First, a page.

Alex Salmond inquiry: John Swinney 'rubber-stamped' redactions in material passed to harassment committee

Submissions to Holyrood’s harassment complaints committee, including redactions by civil servants, were approved by the deputy first minister ahead of being passed to Parliament, it has emerged.

John Swinney 'approved' redactions to Scottish Government submissions to the harassment complaints committee.
John Swinney 'approved' redactions to Scottish Government submissions to the harassment complaints committee.

In a letter to the committee in response to questions to the Lord Advocate, the Scottish Government confirms that John Swinney personally approved redactions to crucial submissions to the committee.

The letter adds that no changes were made by Mr Swinney during the process of approval and the process was “entirely normal” for documents being provided to Parliament by the Scottish Government.

Sign up to our Politics newsletter

Read More

Read More
FMQs: Nicola Sturgeon under pressure to say she will resign if found to have bro...

The decision to offer political approval to ministers was done, the letter states, to “provide assurance” to ministers that the approach to transparency was being “complied with”.

Members of the committee had asked the Scottish Government whether or not the nature of redactions had been “considered, commented on and cleared at a political level”.

It states: “As documents released to the committee have been provided on behalf of the Scottish Government, final approval for their release (once collated and appropriately redacted per the above approach) was sought from the Deputy First Minister.

"This is entirely normal for any documents being provided by the government to the Parliament. This process of approval for release has not resulted in changes to the identification of documents being released or to the redactions made to them.

"The purpose of the approval process has been to provide assurance by officials to ministers that the approach set out above has been complied with, has been consistent with ministers’ commitment to share relevant information with the committee, and that the arrangements for release have complied with all relevant legal obligations on the Scottish Government.”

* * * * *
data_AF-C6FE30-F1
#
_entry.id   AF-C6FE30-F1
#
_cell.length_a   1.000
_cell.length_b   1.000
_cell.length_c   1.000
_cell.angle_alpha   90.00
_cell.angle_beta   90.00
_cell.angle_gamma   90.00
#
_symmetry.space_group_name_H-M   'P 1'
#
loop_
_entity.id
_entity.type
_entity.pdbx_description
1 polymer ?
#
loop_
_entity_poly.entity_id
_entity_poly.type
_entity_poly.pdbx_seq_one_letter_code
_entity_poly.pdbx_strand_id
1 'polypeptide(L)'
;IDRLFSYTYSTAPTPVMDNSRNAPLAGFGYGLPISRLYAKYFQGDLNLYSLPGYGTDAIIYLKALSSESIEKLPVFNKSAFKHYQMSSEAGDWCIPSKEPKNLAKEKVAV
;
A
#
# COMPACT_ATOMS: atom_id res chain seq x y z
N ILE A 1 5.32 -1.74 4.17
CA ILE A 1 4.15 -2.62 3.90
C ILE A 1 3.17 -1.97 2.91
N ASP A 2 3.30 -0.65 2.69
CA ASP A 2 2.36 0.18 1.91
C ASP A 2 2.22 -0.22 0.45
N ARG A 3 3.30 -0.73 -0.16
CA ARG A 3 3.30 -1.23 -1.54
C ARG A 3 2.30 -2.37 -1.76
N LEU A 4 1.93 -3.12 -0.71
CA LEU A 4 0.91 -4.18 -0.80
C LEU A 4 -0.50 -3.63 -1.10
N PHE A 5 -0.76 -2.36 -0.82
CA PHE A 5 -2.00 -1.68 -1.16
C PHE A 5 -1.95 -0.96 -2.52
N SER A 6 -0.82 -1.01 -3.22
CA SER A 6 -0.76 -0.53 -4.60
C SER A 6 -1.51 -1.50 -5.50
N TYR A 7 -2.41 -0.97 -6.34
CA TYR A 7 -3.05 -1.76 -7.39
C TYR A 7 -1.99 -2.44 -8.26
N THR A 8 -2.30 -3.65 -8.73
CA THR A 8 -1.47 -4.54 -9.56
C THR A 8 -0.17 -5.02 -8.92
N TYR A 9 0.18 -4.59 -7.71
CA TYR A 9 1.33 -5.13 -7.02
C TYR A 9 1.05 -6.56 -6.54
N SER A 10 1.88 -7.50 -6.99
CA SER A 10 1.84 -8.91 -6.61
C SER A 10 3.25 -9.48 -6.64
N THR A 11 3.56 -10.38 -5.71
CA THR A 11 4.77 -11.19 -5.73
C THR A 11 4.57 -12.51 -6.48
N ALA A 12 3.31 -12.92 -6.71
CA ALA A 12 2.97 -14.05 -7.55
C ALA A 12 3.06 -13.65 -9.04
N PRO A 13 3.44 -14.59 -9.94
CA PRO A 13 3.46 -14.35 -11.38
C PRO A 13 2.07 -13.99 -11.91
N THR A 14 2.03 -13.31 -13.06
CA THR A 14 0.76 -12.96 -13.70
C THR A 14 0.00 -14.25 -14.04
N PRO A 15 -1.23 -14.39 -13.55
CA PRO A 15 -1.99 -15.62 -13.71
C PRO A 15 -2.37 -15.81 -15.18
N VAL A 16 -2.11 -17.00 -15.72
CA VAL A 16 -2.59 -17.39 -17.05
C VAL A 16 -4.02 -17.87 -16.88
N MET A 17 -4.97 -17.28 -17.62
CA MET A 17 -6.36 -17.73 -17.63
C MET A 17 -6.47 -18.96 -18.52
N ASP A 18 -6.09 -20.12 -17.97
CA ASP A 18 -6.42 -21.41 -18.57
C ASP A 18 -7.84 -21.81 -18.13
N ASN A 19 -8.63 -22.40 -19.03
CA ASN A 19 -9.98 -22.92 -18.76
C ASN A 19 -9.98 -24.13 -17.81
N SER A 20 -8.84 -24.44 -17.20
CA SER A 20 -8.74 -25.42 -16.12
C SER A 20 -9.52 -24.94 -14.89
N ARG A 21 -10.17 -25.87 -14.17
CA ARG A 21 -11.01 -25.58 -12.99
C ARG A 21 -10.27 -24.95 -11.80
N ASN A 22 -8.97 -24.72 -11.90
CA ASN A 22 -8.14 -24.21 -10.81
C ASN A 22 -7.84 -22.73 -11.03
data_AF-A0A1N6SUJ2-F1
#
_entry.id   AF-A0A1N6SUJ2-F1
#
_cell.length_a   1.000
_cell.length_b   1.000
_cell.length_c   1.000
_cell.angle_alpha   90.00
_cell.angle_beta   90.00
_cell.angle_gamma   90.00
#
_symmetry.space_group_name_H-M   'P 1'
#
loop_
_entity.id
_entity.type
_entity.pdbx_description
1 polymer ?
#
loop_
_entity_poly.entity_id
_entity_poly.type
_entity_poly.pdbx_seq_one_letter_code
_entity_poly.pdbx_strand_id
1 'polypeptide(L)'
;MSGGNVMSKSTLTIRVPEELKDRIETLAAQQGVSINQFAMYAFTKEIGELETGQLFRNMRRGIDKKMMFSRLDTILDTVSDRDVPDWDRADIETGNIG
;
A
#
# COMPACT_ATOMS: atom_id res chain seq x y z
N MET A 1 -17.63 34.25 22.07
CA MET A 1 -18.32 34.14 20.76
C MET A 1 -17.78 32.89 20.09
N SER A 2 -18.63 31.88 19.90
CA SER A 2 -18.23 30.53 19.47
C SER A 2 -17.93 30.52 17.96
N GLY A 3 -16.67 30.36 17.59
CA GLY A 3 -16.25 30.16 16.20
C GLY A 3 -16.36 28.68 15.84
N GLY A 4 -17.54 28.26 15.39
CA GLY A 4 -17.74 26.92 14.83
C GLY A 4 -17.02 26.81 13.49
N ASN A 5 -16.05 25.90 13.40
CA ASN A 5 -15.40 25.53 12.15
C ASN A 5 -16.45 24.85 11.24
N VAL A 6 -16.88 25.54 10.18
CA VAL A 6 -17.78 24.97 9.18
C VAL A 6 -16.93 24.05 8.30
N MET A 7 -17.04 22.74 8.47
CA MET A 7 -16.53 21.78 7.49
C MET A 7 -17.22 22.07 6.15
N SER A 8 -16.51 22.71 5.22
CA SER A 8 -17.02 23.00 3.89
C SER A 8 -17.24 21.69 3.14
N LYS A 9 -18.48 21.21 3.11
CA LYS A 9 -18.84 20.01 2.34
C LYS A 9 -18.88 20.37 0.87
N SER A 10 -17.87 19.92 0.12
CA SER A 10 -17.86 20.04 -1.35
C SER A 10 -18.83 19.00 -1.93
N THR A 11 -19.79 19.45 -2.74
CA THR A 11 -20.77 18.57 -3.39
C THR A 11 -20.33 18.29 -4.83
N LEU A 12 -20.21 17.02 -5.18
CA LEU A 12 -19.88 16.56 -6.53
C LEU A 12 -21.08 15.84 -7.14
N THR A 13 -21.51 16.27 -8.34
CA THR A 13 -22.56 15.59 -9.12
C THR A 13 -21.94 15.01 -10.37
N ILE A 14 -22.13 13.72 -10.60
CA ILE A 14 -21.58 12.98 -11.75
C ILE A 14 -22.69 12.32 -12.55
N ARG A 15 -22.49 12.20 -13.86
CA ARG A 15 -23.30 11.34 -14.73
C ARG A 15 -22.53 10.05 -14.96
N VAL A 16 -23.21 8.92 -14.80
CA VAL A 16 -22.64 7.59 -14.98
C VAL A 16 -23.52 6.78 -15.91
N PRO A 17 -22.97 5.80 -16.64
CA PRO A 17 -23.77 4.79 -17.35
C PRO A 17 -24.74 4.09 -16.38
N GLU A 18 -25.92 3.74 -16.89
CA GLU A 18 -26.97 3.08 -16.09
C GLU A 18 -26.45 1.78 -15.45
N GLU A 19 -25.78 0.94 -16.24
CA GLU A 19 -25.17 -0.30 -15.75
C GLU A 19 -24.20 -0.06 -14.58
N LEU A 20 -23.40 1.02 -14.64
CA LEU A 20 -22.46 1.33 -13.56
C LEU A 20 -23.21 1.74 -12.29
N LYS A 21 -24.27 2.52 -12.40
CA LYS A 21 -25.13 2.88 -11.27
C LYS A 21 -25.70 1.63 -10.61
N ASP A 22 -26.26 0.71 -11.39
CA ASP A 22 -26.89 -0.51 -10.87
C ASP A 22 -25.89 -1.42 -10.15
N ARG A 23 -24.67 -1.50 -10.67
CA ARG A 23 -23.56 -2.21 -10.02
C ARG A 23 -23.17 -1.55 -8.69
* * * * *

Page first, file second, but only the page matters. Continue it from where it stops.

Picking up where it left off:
In a separate letter, the Lord Advocate confirmed the original decision report following the Scottish Government investigation into complaints against Mr Salmond and issued by the Permanent Secretary had been passed to the police and the Crown Office despite opposition from complainers.

Refusing to answer the question as to whether he had any personal involvement, James Wolffe QC said the decision to pass on the report was “consistent” with the Scottish Government’s sexual offences policy.

He said: “The Scottish Government concluded that criminal behaviour may have occurred and that it was appropriate that this should be brought to the attention of the police so that it could be considered by them.

"The government took into account the attitude of the complainers to the question of a referral to the police, but concluded that the matter should nevertheless be referred.

"That decision was consistent with the strong policy stance which the Scottish Government had taken in relation to sexual offences.

"It was also consistent with the general responsibility of the Scottish Government to support the rule of law.”

The committee is examining the botched handling of harassment complaints against Mr Salmond by the Scottish Government, which led to a £500,000 legal bill after the government conceded a judicial review challenge on the grounds of the process being “tainted by apparent bias”.

Mr Salmond was also acquitted of sexual offence charges in a trial last year.

A message from the Editor:

Thank you for reading this article. We're more reliant on your support than ever as the shift in consumer habits brought about by coronavirus impacts our advertisers.

If you haven't already, please consider supporting our trusted, fact-checked journalism by taking out a digital subscription.